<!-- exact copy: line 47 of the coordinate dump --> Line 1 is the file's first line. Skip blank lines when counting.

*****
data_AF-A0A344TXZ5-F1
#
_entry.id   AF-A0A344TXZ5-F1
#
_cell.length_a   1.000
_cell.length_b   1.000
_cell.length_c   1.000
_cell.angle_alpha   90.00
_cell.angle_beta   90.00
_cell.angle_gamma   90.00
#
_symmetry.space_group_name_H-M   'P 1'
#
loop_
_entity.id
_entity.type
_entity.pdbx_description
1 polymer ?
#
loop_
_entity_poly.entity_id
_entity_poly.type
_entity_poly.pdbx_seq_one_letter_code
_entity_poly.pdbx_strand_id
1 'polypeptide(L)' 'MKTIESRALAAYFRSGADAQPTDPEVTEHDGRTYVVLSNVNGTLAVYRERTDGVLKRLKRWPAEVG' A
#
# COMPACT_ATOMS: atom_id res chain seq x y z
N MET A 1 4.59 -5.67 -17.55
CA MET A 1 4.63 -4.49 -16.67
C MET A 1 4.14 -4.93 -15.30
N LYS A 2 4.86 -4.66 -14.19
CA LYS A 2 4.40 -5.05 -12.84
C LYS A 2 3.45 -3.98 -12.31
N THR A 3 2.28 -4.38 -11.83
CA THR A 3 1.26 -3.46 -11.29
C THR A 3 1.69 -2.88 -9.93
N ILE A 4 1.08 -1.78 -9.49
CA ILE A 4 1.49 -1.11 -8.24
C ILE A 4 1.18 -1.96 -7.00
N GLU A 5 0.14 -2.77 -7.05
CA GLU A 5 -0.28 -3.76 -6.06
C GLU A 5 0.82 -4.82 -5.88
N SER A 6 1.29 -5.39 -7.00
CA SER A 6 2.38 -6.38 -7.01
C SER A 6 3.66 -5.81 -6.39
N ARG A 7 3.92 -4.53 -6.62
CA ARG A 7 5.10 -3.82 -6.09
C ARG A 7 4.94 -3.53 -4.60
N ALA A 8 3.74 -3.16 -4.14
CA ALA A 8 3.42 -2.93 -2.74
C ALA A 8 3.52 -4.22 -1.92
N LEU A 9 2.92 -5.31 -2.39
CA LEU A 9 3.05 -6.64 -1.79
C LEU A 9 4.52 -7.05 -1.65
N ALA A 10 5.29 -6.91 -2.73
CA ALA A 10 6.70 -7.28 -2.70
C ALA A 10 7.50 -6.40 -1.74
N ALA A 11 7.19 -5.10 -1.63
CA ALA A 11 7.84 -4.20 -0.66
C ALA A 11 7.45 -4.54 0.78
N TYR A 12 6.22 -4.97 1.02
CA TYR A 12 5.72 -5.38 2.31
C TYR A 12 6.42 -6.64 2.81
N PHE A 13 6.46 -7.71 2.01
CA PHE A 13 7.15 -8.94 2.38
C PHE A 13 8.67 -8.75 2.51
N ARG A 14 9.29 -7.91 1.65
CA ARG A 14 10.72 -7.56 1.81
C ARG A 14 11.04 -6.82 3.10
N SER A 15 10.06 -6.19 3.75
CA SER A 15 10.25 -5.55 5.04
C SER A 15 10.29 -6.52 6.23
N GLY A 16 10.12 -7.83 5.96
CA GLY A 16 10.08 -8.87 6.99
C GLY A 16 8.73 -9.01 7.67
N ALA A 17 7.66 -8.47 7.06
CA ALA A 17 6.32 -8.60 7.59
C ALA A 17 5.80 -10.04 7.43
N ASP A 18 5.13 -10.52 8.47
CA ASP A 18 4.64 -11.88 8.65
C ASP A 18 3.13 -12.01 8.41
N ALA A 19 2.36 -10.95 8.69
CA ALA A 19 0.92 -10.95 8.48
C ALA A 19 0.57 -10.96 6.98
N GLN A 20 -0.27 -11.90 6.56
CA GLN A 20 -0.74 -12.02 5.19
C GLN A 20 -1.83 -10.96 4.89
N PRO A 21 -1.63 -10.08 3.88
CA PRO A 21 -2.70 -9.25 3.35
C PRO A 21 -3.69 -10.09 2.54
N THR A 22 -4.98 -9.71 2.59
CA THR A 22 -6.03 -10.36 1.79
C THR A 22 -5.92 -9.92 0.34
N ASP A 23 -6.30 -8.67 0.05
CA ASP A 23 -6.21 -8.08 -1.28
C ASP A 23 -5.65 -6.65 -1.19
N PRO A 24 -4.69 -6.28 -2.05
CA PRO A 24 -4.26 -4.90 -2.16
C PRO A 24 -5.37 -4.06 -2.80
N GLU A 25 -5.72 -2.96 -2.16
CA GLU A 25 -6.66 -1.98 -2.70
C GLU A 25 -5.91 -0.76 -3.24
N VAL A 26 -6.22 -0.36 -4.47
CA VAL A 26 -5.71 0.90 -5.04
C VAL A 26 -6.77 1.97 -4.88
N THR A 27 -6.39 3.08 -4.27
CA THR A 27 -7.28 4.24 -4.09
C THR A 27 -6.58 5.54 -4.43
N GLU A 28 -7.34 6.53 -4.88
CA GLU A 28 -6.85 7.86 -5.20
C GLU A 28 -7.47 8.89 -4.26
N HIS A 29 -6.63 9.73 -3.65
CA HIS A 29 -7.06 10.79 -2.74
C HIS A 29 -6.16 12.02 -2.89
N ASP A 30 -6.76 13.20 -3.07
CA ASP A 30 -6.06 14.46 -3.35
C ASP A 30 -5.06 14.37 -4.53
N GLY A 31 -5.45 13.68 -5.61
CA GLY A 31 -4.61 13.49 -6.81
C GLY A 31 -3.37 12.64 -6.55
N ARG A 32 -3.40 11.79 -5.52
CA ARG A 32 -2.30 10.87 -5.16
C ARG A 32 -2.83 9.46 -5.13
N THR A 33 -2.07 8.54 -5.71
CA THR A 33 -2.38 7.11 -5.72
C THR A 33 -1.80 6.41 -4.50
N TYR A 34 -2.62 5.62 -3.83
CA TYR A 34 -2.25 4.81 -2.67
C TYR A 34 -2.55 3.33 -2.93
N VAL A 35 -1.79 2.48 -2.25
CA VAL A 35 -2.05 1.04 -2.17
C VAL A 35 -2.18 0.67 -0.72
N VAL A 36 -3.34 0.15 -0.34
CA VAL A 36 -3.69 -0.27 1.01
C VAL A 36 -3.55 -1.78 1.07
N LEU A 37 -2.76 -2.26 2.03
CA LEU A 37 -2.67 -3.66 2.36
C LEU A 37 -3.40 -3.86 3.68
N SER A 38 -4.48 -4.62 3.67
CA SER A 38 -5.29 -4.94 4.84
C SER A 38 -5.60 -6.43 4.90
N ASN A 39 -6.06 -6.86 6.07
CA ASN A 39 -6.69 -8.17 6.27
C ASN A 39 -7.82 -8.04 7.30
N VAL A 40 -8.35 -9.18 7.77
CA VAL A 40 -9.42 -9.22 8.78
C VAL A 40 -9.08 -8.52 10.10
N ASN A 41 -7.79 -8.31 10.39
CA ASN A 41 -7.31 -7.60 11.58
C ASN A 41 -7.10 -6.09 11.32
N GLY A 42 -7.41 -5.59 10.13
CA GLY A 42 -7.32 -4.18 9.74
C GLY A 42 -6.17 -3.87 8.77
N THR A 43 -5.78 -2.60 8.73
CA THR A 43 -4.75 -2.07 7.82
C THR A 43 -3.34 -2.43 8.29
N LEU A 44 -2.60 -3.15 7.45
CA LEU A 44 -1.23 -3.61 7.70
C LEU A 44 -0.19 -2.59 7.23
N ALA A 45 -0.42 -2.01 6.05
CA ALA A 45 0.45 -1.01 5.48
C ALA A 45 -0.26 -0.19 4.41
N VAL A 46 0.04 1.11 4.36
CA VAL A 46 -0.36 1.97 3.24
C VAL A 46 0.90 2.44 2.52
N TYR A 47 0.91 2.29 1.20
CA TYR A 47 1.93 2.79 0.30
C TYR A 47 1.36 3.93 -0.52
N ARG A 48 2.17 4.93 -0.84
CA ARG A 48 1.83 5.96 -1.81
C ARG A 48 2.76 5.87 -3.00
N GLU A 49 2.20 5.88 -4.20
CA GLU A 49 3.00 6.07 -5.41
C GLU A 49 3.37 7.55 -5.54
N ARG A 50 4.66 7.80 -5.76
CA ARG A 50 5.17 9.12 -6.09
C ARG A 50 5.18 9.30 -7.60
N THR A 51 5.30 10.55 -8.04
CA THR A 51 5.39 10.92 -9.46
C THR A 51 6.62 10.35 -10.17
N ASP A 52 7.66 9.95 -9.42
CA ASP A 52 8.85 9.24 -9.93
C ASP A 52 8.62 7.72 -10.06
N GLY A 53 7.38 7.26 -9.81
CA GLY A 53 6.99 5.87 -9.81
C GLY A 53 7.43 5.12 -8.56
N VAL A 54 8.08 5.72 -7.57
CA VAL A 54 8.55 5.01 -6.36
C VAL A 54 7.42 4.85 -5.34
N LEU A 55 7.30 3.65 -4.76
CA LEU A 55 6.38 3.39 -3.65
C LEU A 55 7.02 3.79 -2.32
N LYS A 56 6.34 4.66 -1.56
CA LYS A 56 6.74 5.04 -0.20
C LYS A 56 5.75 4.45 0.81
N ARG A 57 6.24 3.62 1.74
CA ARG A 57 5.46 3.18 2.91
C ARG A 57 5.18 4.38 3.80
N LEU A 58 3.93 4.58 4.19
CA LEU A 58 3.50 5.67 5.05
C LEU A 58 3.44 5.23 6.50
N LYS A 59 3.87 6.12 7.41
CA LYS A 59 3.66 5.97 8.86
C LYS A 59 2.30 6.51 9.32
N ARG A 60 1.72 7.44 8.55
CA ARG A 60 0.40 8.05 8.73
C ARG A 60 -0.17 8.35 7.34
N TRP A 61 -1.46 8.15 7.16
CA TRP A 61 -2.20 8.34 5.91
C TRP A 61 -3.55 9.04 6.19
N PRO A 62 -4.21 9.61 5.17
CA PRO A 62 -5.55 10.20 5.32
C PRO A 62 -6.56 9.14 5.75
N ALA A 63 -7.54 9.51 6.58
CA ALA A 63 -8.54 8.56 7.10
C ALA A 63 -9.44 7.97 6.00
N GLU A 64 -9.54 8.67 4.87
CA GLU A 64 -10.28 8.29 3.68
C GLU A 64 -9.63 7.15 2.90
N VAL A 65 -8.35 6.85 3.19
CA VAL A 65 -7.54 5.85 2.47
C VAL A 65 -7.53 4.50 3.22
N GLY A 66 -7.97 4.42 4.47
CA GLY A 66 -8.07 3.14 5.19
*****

CA ARG A 7 5.10 -3.82 -6.09